Cork took better advantage of the space in Croke Park.
Peter McNamara looks at some of the key talking points from the weekend’s Allianz League action.
1 Croker’s dimensions
We were reminded, emphatically, on Saturday night that trying to implement a preferred gameplan with a team packed with cocksure operators can actually be easier at Croke Park than at provincial venues.
In the Allianz NHL Division 1A meeting between Dublin and Cork it was striking how ineffective the former unit were at locating their teammates with passes, both at close range and longer distances.
Under Ger Cunningham, Dublin’s passing accuracy was exceptional at both Parnell Park against Tipperary and while accounting for Kilkenny in Nowlan Park.
However, on the wider expanses of the turf at headquarters the Metropolitans seemed all at sea in terms of being able to deftly judge their scope for developing plays and shooting in to Anthony Nash’s goal.
This was especially true in the opening half.
In contrast, the athleticism – highlighted as a potential factor – of Cork ensured they utilised Croker’s dimensions effectively.
Dublin lucky to draw against Tyrone.
2 Paul Flynn’s presence
Replacing Ciarán Kilkenny at half-time, Paul Flynn made a significant difference to Dublin against Tyrone.
And it is becoming increasingly obvious, despite all of the lines penned about how strong Jim Gavin’s panel is, that without Flynn and Michael Darragh Macauley, for instance, Dublin are actually nothing special.
Flynn scored a vital point as well as contributed to others when introduced and his calming influence around the middle-third was one of the primary reasons as to why Dublin got out of jail against the northerners.
Dean Rock’s proficiency and Niall Morgan’s substandard free-taking were, of course, the main ingredients in Dublin’s capacity to force a draw.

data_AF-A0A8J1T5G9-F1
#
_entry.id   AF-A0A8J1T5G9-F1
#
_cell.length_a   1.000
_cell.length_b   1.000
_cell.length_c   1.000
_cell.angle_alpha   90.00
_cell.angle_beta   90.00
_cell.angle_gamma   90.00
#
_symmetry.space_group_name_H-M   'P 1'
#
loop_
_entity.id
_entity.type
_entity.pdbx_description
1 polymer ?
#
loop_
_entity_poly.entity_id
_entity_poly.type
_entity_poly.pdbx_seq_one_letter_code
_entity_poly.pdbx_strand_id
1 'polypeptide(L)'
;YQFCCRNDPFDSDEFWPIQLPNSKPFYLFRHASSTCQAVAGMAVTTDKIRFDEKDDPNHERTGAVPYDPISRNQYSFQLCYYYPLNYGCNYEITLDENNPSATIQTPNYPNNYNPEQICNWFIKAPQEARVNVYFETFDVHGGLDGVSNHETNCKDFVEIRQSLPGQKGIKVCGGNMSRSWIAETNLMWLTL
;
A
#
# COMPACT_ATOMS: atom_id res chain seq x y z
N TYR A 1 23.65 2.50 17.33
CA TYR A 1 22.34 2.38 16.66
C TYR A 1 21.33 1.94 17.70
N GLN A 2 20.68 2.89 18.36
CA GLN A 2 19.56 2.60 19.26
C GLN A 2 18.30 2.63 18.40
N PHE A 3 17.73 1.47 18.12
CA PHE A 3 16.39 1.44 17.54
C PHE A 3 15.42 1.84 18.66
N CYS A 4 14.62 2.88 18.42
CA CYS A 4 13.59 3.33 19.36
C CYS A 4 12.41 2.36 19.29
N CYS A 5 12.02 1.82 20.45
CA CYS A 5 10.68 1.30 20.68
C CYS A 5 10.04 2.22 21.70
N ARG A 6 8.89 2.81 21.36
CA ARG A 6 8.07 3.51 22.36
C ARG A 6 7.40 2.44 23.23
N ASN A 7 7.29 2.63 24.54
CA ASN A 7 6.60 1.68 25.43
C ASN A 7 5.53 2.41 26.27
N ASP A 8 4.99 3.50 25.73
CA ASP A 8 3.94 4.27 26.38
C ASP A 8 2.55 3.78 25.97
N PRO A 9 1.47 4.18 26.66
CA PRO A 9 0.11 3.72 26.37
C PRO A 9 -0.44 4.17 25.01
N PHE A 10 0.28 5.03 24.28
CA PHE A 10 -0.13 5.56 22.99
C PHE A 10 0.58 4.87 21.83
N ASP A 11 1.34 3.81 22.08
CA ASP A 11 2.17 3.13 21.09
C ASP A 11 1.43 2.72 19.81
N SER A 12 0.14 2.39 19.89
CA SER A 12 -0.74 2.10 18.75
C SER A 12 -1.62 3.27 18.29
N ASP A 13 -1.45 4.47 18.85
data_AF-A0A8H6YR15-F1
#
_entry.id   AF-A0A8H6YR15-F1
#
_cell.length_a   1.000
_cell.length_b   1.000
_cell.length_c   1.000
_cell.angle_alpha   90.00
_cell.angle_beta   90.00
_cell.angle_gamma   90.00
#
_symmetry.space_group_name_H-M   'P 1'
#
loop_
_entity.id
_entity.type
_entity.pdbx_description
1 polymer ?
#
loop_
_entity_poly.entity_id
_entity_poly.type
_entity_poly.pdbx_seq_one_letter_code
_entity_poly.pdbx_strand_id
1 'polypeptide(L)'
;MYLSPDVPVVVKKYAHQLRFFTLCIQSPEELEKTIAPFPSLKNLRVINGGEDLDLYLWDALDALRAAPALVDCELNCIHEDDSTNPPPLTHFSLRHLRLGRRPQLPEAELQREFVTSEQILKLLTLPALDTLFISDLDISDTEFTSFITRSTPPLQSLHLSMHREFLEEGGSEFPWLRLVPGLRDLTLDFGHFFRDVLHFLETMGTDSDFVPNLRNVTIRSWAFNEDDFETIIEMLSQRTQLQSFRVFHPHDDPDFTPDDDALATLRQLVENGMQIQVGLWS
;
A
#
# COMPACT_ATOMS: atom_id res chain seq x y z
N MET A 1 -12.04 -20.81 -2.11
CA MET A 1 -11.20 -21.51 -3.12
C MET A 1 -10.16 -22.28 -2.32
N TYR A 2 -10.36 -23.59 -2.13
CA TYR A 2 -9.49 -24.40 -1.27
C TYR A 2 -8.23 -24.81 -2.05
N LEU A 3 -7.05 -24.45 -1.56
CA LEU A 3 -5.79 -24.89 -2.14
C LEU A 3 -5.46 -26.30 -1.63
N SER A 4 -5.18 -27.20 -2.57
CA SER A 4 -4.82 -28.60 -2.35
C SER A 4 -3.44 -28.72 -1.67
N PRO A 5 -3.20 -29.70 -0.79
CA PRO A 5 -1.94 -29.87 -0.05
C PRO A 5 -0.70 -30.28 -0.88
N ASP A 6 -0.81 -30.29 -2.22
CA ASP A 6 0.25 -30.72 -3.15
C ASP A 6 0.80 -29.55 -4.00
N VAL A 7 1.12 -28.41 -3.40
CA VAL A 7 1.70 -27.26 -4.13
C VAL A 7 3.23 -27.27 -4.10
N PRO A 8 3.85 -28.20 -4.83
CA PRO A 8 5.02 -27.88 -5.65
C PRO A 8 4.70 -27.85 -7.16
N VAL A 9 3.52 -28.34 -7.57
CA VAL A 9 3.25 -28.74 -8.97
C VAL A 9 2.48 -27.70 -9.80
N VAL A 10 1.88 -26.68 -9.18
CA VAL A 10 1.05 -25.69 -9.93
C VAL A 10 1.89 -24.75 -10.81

Yet, there existed a lot more substance to what they were trying to achieve in the second half with Flynn on the field.
Still, Tyrone’s massed defensive system should also be acknowledged.
Like it or not, it has the desired impact.
Cork not getting over-excited after victory against Kerry.
3 Cork are learning
Aside from the facts Kerry were afforded just nine scores in open play and that the All-Ireland champions managed a mere 0-3 in the second half, the first two of which were registered by substitute Alan Fitzgerald, it was arguably the post-match reaction of Cork that said more about their evolution than the performance itself had done.
While supporters were delighted with the display, following their warm-down, the players, selectors and manager himself were far from ecstatic about an 11-point trouncing of Éamonn Fitzmaurice’s side.
Boss Brian Cuthbert was keen to keep a lid on the excitement of it all despite the brilliance of their performance.
However, “the reality of the situation”, which Cuthbert referred to repeatedly afterwards, is that Kerry will be a completely different proposition should the sides meet again in Fitzgerald Stadium in the summer.
To take any other stance would be extremely naive.
4 Form is becoming less relevant
With the way both the hurling and football leagues are structured in relation to fixture-planning, form and momentum can be lost in the blink of an eye.
For instance, the three-week break recently in the football leagues can hinder a side brimming at the surface for this time of the year while, for other outfits it can represent a welcome opportunity to fill the lungs again with oxygen after a spell of on-field indifference.
Ditto the two-week siesta in the small-ball equivalent, albeit marginally less pronounced given the gap is one week shorter.
And in terms of specific form, few would have forecast a Monaghan triumph away to Donegal and Tyrone were said to struggle to contain Dublin, for examples.
It has probably come to the point whereby current form should be considered less than taking each contest on its merits from here on in.